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Parmenides (Philosophical Library)

3.98 of 5 stars 3.98  ·  rating details  ·  883 ratings  ·  40 reviews
This is an English translation of one of the more challenging and enigmatic of Plato's dialogues between Socrates and Parmenides and Zeno of Elea, that begins with Zeno defending his treatise of Parmenidean monism against those partisans of plurality.

Focus Philosophical Library translations are close to and are non-interpretative of the original text, with the notes and a
paper, 96 pages
Published January 1st 1996 by Focus (first published -340)
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Parmenides is the most intriguing of plato's dialogues. I like this dialogue for a couple of reasons.
Firstly, the usual roles are reversed. Socrates here is a young and inexperienced lad and he is the one to be cross examined. Secondly it features Parmenides, whose metaphysics is very interesting. Has a lot of similarities with mahayana buddhism and advaita vedanta.

First part of the dialogue deals with the internal inconsistencies and the incompleteness of the theory of forms. Here Plato critici
Maybe I should have just stuck with Green Eggs and Ham. I’m not really qualified to rate the book, and I didn’t try to struggle through many of the logic puzzles, though the Parmenides seems to be as much about ontology and to some extent language (or at least the verb “to be”) as it is about valid argument. And as is characteristic with Plato, it’s about considerably more, famously presenting serious and unresolved challenges to his Theory of Forms – part epistemology, part ontology, part every ...more
بسام عبد العزيز
"إن الشئ لا يحتاج لأن يصبح مختلفا عما هو مختلف عنه من قبل بيد أنه يختلف الآن بالفعل عما هو مختلف عنه و هو قد أصبح مختلفا عما اختلف عنه و هو سوف يختلف عما سيكون مختلفا عنه أما الشئ الذي في صيرورة الاختلاف فلا يمكن لشئ آخر أن يكون قد اختلف عنه أو عليه أن يختلف عنه أو هو مختلف عنه. إنه يكون في صيرورة الاختلاف عنه ولا يكون علي الإطلاق مختلفا عنه"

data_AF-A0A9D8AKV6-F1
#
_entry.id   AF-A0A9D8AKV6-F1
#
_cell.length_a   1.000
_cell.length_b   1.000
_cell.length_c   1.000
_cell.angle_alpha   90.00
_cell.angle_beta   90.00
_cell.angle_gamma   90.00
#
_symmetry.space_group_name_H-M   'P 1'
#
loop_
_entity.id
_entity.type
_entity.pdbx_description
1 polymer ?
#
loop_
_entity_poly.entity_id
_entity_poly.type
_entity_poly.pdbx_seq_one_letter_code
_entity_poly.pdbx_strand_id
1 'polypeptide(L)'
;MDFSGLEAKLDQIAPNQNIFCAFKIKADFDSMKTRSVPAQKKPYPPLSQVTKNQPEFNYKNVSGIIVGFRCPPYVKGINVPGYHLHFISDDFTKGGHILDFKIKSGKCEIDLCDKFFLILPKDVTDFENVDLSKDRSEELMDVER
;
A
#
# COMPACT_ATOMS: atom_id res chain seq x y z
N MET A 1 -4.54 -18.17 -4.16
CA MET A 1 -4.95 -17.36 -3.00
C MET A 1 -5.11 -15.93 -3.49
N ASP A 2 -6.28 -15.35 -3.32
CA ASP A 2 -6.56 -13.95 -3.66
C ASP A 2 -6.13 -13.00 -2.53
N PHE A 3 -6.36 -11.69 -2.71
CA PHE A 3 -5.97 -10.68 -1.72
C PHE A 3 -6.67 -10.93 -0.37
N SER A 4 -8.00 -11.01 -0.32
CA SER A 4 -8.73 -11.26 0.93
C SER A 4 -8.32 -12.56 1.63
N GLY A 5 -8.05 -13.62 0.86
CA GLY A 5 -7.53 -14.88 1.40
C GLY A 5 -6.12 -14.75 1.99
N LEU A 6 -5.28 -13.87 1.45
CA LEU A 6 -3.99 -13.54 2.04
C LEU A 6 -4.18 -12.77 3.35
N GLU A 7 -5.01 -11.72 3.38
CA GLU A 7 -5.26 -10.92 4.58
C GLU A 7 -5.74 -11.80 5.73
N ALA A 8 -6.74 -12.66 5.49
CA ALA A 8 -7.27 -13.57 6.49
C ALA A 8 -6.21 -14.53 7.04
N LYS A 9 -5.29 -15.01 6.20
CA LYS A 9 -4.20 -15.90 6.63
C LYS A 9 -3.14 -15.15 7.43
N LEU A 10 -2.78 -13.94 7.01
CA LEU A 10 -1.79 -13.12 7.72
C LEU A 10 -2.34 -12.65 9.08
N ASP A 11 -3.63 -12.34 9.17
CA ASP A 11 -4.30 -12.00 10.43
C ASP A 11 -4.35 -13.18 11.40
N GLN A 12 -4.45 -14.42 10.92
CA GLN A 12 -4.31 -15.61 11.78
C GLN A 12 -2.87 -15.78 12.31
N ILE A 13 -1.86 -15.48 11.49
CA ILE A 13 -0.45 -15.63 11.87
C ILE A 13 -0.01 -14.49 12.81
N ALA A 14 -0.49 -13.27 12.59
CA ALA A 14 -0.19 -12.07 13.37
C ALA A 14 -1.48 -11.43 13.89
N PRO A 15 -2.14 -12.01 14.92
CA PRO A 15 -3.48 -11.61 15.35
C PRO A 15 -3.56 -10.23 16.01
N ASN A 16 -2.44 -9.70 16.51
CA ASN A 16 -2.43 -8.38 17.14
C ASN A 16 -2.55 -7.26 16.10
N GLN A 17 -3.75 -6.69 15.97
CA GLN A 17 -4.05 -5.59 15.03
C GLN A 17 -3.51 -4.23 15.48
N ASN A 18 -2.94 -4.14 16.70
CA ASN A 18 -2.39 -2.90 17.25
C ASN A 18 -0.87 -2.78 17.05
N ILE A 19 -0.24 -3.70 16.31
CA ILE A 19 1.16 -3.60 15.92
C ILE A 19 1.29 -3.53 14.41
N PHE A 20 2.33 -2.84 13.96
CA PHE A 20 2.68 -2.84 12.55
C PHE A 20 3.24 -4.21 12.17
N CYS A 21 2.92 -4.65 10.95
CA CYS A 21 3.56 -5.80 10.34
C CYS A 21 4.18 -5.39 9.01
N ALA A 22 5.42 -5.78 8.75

"إن ما يجعل الواحد مطابقا يجعله غير مخالف و ما يجعله غير مخالف يجعله ليس غير مشابه و إذا كان ليس غير مشابه كان مشابها و إن ما يجعله آخر يجعله مخالفا و لأنه
After a long hiatus, I picked up Plato's dialogues again in 2005. No review or notes written at the time and I don't recall my thoughts. The only thing I did was quote the following on the Book Talk Forum at BookCrossing:

Parmenides: Then the one which is not, if it is to maintain itself, must have the being of not-being, just as being must have as a bond the not-being of not-being in order to perfect its own being; for the truest assertion of the being of being and of the not-being of not-being
Köksal Kök

Platon (Eflatun)

türkçe de;

İmge Kitabevi Yayınları
Çevirmen : Saffet Babür
107 sayfa

1. Baskı, 1989
2. Baskı, 1996
3. Baskı, 2001

dünyada iki çeşit insan vardır;

1-sigara içenler,

dünyada iki çeşit insan vardır;

1-kitap okuyanlar,

dünyada iki çeşit insan vardır;

1-felsefe, felsefe kitabı okuyanlar, bilenler.

ve nihayet, dünyada iki çeşit insan vardır;

1-platonun bu kitabını okuyanlarr,
2-ve okumayanlar.

kitap o kadar ağır ki, sabı
Another book required for Traditional Cosmologies...
I am so confused: What is the one? Does the one exist in linear or cyclic time? Is the one based on mathematics? Does it promote equality? Is the one many or many one? Does it provide knowledge? Is the one motionless? Does the one truly exist? HELP!!!
Τὸν μὲν τοῦ Πλάτονος Παρμενίδην βραδέως ἀνεγίγνωσκον, οἴομαι δὲ λίαν ταχὺ ἀναγνῶναι · πεντήκοντα γοῦν πτυχὰς ἡμέραις ἑπτὰ κινδύνευμα μόγις σφοδρόν. Πολλὰ δὴ ἐνεστι ἃ χπὴ νοηθῆναι · τοίγαρ τελευτήσας οὐκ ἐπαυόμην τοῦ λόγου ἐνθυούμενος. δεῖ γέ με πάλιν ἀναγιγνώσκειν.
Ardu, je préfère Platon moraliste que métaphysicien.
Most difficult Plato I've read. Part 2 is basically incomprehensible in the Jowett translation, no matter how many times you read it. Looking forward to finding a more thorough analysis of all the deductions made in part 2. There are many mentions of the "one" and the "many" - presumably something to do with (or even referring to) Plato's idea of Forms, which end up being quite confusing. But even in my current state of understanding, I can follow limited trains of thought. There are echoes of m ...more